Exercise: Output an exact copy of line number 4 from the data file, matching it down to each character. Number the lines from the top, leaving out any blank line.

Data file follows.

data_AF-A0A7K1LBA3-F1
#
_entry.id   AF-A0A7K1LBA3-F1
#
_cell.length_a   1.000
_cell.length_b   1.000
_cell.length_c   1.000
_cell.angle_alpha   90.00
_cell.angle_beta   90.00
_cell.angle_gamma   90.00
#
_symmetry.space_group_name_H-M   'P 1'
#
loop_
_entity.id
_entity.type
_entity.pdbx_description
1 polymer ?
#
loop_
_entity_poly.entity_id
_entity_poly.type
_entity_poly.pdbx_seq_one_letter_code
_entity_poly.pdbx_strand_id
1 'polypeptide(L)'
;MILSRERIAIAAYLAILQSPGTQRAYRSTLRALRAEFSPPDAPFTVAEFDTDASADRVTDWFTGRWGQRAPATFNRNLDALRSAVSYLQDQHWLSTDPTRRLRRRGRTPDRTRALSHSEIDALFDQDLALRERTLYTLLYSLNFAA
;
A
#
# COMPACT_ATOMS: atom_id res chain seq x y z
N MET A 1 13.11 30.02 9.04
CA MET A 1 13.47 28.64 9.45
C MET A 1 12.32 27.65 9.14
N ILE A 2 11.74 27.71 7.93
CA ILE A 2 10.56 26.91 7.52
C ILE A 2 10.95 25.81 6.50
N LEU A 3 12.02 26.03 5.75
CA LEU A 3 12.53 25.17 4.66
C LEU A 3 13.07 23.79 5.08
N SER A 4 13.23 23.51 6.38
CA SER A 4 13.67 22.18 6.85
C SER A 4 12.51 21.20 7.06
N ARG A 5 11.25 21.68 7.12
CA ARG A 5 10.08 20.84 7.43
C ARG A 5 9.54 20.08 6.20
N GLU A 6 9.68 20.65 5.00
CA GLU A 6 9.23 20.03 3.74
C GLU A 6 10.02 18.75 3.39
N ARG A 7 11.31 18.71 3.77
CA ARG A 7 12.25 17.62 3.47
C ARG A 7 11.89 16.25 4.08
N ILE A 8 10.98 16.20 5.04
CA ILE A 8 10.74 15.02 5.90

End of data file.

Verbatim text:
#